Information for Travelers
Ho Chi Minh City is a city in southern Vietnam, known for its pivotal role in the Vietnam War.
Still often referred to by its former name, Saigon, Ho Chi Minh City is a boisterous, chaotic sensory feast.
Motorcycles honk in a tidal wave at clogged intersections, locals crouch on street corners drinking steaming bowls of Pho (noodle soup).
The stuffy city air is thick with exhaust fumes and exotic spices.
Ho Chi Minh City is the commercial center and largest city in Vietnam, and is a place where the old meets the new in stark contrast.
Not far from the city, the famous Cu Chi tunnels are a must-see.
About 60 kilometers from Ho Chi Minh City, the Cu Chi Tunnels are a must-see half-day tour and one of the top tours for anyone visiting the city.
This vast network of tunnels spanning over 250 kilometers served as a base for Viet Cong military operations during the Vietnam War.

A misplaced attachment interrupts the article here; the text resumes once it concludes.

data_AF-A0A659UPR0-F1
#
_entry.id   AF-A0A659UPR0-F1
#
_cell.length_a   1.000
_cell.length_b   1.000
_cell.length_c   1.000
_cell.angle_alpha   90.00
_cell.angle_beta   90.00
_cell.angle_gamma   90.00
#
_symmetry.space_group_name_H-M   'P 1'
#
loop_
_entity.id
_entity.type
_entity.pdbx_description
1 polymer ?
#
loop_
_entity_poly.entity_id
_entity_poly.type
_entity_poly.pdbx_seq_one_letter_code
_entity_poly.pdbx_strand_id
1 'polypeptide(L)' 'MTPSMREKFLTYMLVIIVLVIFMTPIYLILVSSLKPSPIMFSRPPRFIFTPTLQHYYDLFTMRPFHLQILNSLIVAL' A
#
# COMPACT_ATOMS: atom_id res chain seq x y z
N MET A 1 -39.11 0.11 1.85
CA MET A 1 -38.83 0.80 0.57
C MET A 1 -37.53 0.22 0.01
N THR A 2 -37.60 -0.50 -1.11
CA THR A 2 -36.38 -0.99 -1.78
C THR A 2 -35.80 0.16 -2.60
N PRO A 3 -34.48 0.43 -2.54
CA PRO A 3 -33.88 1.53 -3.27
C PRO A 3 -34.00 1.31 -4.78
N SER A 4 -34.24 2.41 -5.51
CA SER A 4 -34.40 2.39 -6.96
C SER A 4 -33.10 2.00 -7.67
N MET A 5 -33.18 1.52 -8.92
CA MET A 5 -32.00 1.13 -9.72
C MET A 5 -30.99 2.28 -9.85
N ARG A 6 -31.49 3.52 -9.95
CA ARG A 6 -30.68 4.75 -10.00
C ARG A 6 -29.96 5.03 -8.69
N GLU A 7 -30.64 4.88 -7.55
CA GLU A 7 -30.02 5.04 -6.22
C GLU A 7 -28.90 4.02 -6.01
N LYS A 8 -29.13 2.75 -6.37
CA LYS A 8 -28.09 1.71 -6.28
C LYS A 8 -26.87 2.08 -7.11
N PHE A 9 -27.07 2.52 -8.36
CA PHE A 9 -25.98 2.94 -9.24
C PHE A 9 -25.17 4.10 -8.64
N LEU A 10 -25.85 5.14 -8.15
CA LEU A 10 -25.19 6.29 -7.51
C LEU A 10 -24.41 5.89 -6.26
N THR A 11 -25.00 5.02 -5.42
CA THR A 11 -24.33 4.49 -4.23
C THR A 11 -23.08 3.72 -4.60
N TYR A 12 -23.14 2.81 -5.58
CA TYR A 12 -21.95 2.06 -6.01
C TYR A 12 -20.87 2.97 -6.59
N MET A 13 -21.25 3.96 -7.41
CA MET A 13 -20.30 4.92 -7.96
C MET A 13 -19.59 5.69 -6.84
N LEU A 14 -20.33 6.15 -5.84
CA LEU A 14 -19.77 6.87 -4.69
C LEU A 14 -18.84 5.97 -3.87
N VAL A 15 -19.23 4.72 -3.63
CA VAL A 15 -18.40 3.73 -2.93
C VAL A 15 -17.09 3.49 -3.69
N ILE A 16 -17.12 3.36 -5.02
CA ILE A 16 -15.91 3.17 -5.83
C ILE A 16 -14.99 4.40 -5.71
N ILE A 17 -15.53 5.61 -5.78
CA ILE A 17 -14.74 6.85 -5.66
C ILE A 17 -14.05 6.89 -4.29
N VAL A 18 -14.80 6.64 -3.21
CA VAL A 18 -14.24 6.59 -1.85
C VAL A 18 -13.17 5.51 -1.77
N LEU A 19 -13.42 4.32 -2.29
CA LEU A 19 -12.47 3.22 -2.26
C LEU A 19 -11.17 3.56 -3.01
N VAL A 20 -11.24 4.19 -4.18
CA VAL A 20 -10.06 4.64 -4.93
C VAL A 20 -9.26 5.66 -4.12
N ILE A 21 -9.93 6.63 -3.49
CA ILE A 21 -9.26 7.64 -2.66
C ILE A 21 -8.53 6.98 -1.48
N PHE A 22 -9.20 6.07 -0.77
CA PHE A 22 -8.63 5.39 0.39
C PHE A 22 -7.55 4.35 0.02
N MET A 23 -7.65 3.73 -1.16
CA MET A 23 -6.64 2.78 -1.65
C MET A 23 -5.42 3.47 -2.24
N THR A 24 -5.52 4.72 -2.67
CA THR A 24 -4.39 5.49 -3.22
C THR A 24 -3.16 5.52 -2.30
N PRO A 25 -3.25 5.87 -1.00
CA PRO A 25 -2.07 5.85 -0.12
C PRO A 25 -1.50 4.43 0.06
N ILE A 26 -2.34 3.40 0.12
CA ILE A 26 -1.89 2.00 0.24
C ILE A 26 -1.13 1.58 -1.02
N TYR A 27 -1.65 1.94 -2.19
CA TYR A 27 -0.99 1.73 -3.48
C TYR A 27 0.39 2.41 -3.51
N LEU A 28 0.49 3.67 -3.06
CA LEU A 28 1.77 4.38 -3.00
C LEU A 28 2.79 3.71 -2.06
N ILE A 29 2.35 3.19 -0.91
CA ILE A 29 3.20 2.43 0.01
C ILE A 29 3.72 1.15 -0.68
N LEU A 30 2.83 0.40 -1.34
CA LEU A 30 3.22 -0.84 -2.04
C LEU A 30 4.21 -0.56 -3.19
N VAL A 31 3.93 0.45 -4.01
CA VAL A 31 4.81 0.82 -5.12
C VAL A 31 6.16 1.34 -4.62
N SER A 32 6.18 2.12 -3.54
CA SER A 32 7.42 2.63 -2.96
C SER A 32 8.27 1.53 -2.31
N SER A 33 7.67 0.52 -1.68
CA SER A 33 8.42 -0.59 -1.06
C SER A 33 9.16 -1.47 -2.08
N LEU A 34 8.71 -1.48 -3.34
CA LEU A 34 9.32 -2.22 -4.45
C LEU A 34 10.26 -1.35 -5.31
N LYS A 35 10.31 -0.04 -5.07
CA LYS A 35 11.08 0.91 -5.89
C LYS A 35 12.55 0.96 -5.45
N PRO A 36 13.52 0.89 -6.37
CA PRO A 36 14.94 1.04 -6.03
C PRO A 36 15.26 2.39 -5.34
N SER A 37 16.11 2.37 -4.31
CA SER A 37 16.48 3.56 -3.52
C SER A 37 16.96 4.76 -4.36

Soldiers used the terribly tight tunnels as hiding places, hospitals, communication bases, supply routes, and even barracks.
The lush waterscapes and small villages of the Mekong Delta provide a fascinating glimpse into rural life.
Temples huddle amid skyscrapers and designer stores; villagers toss bamboo fishing poles into the languid Saigon River.
But in places, the city feels almost European, with its elegant French colonial architecture and wide, tree-lined boulevards.
In addition to the fascinating culture shock, there are a number of intriguing tourist attractions, from the poignant War Remnants Museum and captivating water puppet shows to colorful markets and the Reunification Palace time tunnel.
The city is also known for its French colonial-era landmarks such as the Notre Dame Basilica.
Made entirely of materials imported from France, and the main post office of the 19th century. Food stalls line the city streets, especially around the bustling Bến Thành market.
Read about Ho Chi Minh City in Wikipedia